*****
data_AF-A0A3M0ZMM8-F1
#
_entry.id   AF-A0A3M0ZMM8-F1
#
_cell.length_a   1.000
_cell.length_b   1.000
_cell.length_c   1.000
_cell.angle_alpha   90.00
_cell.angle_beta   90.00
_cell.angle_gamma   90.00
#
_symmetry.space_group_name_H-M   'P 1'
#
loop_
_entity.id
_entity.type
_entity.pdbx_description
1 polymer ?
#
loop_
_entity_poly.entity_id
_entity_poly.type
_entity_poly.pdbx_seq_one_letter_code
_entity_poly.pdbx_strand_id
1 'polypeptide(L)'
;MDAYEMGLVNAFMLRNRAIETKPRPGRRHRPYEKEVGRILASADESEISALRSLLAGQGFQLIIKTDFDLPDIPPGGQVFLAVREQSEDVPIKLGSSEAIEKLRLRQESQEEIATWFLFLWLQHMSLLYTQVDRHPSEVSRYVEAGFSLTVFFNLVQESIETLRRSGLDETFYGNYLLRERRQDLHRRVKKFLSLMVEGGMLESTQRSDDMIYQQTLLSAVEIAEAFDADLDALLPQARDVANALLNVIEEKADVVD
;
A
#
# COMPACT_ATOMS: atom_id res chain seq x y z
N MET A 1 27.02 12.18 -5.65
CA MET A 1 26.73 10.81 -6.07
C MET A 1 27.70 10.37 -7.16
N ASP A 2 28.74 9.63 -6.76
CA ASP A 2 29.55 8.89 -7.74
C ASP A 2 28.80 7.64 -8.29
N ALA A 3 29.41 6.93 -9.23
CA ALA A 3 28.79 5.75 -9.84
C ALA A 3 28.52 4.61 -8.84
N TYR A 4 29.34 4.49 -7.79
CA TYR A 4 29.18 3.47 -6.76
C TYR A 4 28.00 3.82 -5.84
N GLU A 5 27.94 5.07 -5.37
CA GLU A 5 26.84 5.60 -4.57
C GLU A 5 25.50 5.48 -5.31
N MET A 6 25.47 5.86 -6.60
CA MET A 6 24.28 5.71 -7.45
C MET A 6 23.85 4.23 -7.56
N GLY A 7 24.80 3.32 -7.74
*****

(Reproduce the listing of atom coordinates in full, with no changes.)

data_AF-A0A3M0ZMM8-F1
#
_entry.id   AF-A0A3M0ZMM8-F1
#
_cell.length_a   1.000
_cell.length_b   1.000
_cell.length_c   1.000
_cell.angle_alpha   90.00
_cell.angle_beta   90.00
_cell.angle_gamma   90.00
#
_symmetry.space_group_name_H-M   'P 1'
#
loop_
_entity.id
_entity.type
_entity.pdbx_description
1 polymer ?
#
loop_
_entity_poly.entity_id
_entity_poly.type
_entity_poly.pdbx_seq_one_letter_code
_entity_poly.pdbx_strand_id
1 'polypeptide(L)'
;MDAYEMGLVNAFMLRNRAIETKPRPGRRHRPYEKEVGRILASADESEISALRSLLAGQGFQLIIKTDFDLPDIPPGGQVFLAVREQSEDVPIKLGSSEAIEKLRLRQESQEEIATWFLFLWLQHMSLLYTQVDRHPSEVSRYVEAGFSLTVFFNLVQESIETLRRSGLDETFYGNYLLRERRQDLHRRVKKFLSLMVEGGMLESTQRSDDMIYQQTLLSAVEIAEAFDADLDALLPQARDVANALLNVIEEKADVVD
;
A
#
# COMPACT_ATOMS: atom_id res chain seq x y z
N MET A 1 27.02 12.18 -5.65
CA MET A 1 26.73 10.81 -6.07
C MET A 1 27.70 10.37 -7.16
N ASP A 2 28.74 9.63 -6.76
CA ASP A 2 29.55 8.89 -7.74
C ASP A 2 28.80 7.64 -8.29
N ALA A 3 29.41 6.93 -9.23
CA ALA A 3 28.79 5.75 -9.84
C ALA A 3 28.52 4.61 -8.84
N TYR A 4 29.34 4.49 -7.79
CA TYR A 4 29.18 3.47 -6.76
C TYR A 4 28.00 3.82 -5.84
N GLU A 5 27.94 5.07 -5.37
CA GLU A 5 26.84 5.60 -4.57
C GLU A 5 25.50 5.48 -5.31
N MET A 6 25.47 5.86 -6.60
CA MET A 6 24.28 5.71 -7.45
C MET A 6 23.85 4.23 -7.56
N GLY A 7 24.80 3.32 -7.74